PatientsLikeMe inks AstraZeneca deal, studies Fitbit use for MS patients with Biogen

By Jonah Comstock
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Fitbit-Zip-Fitbit-OneBoston-based patient network PatientsLikeMe announced two pieces of pharma news this week: a five-year research collaboration deal with AstraZeneca and the results of a multiple sclerosis wearable study conducted in collaboration with Biogen.

The PatientsLikeMe-AstraZeneca deal is similar to one the company struck with Genentech last Spring. AstraZeneca will have full access to PatientsLikeMe's global network, and the company will use the data to shape future medicine development and work to improve outcomes in different therapeutic areas, with an initial focus on respiratory disease, lupus, diabetes and oncology.

“Understanding what patients are experiencing every day and how they define the value of their treatments are fundamental to our ability to push the boundaries of science in developing the next-generation of medicines,” Briggs Morrison, EVP Global Medicines Development at AstraZeneca said in a statement. “Our partnership with PatientsLikeMe will help us to harness the important perspectives of patients through their advanced technology and real-world, real-time evidence to support our research and development programs.”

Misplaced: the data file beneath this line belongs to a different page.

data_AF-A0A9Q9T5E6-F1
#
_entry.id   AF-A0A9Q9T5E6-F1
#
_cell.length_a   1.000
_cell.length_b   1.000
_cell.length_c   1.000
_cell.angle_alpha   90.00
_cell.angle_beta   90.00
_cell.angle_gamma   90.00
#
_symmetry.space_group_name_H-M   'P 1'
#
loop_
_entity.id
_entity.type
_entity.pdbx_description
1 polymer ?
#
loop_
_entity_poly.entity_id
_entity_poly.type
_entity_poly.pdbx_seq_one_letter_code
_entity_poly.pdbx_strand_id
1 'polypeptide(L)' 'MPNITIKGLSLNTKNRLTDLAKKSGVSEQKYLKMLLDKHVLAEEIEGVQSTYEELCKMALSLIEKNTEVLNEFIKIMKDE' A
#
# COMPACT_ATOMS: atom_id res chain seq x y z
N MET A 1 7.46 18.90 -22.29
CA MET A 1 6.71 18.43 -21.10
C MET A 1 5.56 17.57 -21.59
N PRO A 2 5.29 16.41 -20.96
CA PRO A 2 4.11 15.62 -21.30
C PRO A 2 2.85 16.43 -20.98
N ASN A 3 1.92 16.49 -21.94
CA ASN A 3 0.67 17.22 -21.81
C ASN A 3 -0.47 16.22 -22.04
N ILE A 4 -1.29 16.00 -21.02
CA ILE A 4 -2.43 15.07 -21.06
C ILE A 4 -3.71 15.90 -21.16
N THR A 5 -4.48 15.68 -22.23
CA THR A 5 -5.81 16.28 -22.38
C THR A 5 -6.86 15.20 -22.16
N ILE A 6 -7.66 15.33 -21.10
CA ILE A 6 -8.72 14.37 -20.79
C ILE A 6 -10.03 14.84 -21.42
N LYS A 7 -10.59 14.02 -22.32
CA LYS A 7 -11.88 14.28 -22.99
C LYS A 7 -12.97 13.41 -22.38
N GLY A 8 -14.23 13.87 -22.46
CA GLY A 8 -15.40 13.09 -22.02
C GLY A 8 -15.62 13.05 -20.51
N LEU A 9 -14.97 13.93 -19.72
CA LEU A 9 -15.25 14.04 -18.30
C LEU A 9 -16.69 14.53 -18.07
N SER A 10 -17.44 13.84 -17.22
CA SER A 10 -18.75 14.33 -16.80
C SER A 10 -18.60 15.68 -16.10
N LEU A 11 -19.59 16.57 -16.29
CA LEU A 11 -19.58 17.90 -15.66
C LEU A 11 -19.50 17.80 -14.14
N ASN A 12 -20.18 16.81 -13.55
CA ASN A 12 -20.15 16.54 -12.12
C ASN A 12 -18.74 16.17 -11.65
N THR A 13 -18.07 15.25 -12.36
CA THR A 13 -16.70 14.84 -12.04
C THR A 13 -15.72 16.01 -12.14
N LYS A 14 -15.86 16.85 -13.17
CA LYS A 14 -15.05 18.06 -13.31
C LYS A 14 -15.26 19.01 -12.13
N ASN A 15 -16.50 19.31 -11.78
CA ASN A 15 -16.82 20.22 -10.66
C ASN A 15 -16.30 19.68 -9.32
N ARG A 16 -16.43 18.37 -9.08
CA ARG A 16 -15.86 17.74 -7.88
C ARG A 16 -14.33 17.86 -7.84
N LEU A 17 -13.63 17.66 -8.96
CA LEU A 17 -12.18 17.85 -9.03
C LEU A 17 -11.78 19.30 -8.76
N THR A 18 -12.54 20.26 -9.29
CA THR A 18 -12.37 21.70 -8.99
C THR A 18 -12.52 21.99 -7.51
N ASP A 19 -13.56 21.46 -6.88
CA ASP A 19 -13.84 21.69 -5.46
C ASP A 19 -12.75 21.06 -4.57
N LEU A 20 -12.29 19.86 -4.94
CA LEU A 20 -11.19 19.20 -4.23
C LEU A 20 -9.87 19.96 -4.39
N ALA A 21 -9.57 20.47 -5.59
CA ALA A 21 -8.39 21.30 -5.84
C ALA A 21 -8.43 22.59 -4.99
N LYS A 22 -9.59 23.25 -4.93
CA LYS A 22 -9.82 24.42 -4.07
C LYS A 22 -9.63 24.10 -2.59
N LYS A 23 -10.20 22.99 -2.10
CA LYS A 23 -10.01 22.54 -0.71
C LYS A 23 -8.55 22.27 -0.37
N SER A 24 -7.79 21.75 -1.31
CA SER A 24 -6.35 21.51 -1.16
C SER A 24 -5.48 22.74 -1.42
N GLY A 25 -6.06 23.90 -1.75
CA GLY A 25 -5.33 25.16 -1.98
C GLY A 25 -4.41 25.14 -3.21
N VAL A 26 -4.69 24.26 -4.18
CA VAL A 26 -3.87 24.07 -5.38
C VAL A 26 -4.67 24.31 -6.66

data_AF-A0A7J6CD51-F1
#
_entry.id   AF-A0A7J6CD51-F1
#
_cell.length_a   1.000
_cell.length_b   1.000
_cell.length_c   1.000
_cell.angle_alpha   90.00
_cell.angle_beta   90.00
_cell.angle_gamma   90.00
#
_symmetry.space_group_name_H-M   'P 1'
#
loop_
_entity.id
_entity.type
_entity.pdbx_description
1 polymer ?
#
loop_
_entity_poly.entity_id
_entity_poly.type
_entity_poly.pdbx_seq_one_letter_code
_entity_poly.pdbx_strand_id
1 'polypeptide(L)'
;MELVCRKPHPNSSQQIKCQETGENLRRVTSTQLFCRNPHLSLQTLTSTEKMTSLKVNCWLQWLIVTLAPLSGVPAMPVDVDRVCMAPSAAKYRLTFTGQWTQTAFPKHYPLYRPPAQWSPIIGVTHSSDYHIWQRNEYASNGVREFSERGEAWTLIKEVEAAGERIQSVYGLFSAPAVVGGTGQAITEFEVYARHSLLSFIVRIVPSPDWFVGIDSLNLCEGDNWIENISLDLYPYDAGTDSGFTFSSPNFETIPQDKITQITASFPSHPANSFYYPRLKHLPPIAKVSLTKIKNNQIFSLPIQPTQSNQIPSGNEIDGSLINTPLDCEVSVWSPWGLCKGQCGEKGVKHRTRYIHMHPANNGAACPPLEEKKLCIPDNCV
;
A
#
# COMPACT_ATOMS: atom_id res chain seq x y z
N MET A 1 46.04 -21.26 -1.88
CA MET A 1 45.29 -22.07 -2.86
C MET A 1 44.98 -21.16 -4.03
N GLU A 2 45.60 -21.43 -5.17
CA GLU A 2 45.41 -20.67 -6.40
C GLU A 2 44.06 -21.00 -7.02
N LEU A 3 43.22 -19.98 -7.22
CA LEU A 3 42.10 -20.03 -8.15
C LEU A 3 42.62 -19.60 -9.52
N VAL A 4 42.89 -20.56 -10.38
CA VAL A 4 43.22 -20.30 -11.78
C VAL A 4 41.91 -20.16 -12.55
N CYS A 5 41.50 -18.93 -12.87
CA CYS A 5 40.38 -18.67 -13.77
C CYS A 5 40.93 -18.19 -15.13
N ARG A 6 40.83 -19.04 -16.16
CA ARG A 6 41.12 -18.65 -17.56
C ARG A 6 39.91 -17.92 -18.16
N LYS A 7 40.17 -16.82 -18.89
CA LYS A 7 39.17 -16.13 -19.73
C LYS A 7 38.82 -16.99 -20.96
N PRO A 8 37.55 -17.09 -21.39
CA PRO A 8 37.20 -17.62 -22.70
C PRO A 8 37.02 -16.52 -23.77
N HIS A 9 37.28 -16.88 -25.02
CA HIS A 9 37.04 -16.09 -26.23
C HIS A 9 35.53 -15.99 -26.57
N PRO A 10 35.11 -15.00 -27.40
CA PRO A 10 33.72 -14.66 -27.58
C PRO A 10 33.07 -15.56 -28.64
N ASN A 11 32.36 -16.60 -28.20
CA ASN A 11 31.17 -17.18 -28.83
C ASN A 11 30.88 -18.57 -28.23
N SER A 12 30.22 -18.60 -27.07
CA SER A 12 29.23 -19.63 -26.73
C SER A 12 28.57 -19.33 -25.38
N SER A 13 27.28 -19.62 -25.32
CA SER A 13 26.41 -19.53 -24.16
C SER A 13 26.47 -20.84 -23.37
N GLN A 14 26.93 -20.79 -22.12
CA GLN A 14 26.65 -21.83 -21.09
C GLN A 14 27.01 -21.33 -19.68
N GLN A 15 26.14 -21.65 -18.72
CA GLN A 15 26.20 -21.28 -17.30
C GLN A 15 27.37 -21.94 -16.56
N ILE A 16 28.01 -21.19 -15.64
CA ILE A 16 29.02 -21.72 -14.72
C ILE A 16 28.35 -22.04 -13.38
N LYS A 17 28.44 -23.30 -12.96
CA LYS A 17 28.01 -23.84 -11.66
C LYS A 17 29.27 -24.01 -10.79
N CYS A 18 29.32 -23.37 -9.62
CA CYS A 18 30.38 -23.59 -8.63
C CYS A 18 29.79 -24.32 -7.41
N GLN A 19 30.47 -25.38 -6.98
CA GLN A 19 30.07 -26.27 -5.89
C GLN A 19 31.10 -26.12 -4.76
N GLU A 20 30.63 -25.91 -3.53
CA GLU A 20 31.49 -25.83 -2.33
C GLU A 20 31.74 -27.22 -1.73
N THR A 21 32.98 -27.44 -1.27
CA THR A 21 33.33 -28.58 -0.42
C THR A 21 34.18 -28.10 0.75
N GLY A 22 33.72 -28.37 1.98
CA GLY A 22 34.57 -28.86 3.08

Meanwhile, the data from the Biogen study is set to be presented at the American Academy of Neurology's Annual Meeting in Washington, DC this weekend. It was a non-controlled feasibility study to assess the potential usefulness of wearables in increasing the activity of people with multiple sclerosis, and in tracking their activity outside of a doctor's office setting.

In the study, 248 patients with multiple sclerosis were given Fitbit One tracking devices and instructions on using the trackers as well as on sharing data to PatientsLikeMe's online discussion platform.

Over the course of the 21-day study, patients used and synced the device about 87 percent of the time. Afterwards, patients were surveyed about their experience and 191 responded. Of these, 88 percent reported that the device was easy to use and incorporate into their daily routine and 83 percent agreed that they would continue to use the device after the study. Sixty-eight percent believed that the device would be useful to them in managing their MS.

"MS impairs the ability to walk for many people with MS, yet we only assess walking ability in the limited time a patient is in the doctor’s office,” Richard Rudick, MD, vice president of Value Based Medicine at Biogen said in a statement. “Consumer devices can measure number of steps, distance walked, and sleep quality on a continuous basis in a person’s home environment. These data could provide potentially important information to supplement office visit exams.”